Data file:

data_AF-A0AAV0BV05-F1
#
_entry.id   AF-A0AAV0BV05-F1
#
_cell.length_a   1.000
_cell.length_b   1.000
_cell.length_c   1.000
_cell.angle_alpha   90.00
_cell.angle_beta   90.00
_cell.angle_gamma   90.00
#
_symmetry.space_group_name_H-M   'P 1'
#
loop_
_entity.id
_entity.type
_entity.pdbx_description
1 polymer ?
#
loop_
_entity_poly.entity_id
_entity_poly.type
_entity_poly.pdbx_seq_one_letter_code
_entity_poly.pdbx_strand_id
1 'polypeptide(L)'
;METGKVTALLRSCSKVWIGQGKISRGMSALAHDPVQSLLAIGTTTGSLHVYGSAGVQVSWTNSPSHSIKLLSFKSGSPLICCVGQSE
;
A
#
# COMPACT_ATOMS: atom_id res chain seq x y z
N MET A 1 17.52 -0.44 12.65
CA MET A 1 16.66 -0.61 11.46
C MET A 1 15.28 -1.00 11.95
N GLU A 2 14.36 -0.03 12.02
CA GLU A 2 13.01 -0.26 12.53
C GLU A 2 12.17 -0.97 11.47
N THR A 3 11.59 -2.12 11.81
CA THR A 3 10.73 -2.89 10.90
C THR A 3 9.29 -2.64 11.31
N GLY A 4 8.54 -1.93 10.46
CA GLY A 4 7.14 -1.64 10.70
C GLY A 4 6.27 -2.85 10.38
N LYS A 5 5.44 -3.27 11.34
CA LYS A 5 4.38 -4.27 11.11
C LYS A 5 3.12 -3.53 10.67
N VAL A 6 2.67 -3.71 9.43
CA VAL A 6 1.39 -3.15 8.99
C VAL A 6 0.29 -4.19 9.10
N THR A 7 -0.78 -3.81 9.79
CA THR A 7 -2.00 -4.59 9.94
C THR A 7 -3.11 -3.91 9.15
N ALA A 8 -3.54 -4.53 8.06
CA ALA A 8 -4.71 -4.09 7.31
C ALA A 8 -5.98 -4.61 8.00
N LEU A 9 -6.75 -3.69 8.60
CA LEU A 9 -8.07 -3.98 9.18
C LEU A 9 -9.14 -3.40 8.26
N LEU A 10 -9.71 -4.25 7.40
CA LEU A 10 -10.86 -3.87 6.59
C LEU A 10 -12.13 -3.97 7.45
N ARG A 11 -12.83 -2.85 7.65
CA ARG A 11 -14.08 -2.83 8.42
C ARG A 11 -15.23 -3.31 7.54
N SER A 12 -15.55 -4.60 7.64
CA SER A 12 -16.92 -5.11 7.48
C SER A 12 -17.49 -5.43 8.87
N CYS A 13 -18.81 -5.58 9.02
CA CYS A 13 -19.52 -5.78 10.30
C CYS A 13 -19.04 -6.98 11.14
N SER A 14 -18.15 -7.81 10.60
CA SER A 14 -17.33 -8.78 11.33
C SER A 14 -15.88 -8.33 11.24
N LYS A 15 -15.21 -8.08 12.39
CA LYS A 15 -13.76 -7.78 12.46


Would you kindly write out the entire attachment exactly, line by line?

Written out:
data_AF-A0AAV0BV05-F1
#
_entry.id   AF-A0AAV0BV05-F1
#
_cell.length_a   1.000
_cell.length_b   1.000
_cell.length_c   1.000
_cell.angle_alpha   90.00
_cell.angle_beta   90.00
_cell.angle_gamma   90.00
#
_symmetry.space_group_name_H-M   'P 1'
#
loop_
_entity.id
_entity.type
_entity.pdbx_description
1 polymer ?
#
loop_
_entity_poly.entity_id
_entity_poly.type
_entity_poly.pdbx_seq_one_letter_code
_entity_poly.pdbx_strand_id
1 'polypeptide(L)'
;METGKVTALLRSCSKVWIGQGKISRGMSALAHDPVQSLLAIGTTTGSLHVYGSAGVQVSWTNSPSHSIKLLSFKSGSPLICCVGQSE
;
A
#
# COMPACT_ATOMS: atom_id res chain seq x y z
N MET A 1 17.52 -0.44 12.65
CA MET A 1 16.66 -0.61 11.46
C MET A 1 15.28 -1.00 11.95
N GLU A 2 14.36 -0.03 12.02
CA GLU A 2 13.01 -0.26 12.53
C GLU A 2 12.17 -0.97 11.47
N THR A 3 11.59 -2.12 11.81
CA THR A 3 10.73 -2.89 10.90
C THR A 3 9.29 -2.64 11.31
N GLY A 4 8.54 -1.93 10.46
CA GLY A 4 7.14 -1.64 10.70
C GLY A 4 6.27 -2.85 10.38
N LYS A 5 5.44 -3.27 11.34
CA LYS A 5 4.38 -4.27 11.11
C LYS A 5 3.12 -3.53 10.67
N VAL A 6 2.67 -3.71 9.43
CA VAL A 6 1.39 -3.15 8.99
C VAL A 6 0.29 -4.19 9.10
N THR A 7 -0.78 -3.81 9.79
CA THR A 7 -2.00 -4.59 9.94
C THR A 7 -3.11 -3.91 9.15
N ALA A 8 -3.54 -4.53 8.06
CA ALA A 8 -4.71 -4.09 7.31
C ALA A 8 -5.98 -4.61 8.00
N LEU A 9 -6.75 -3.69 8.60
CA LEU A 9 -8.07 -3.98 9.18
C LEU A 9 -9.14 -3.40 8.26
N LEU A 10 -9.71 -4.25 7.40
CA LEU A 10 -10.86 -3.87 6.59
C LEU A 10 -12.13 -3.97 7.45
N ARG A 11 -12.83 -2.85 7.65
CA ARG A 11 -14.08 -2.83 8.42
C ARG A 11 -15.23 -3.31 7.54
N SER A 12 -15.55 -4.60 7.64
CA SER A 12 -16.92 -5.11 7.48
C SER A 12 -17.49 -5.43 8.87
N CYS A 13 -18.81 -5.58 9.02
CA CYS A 13 -19.52 -5.78 10.30
C CYS A 13 -19.04 -6.98 11.14
N SER A 14 -18.15 -7.81 10.60
CA SER A 14 -17.33 -8.78 11.33
C SER A 14 -15.88 -8.33 11.24
N LYS A 15 -15.21 -8.08 12.39
CA LYS A 15 -13.76 -7.78 12.46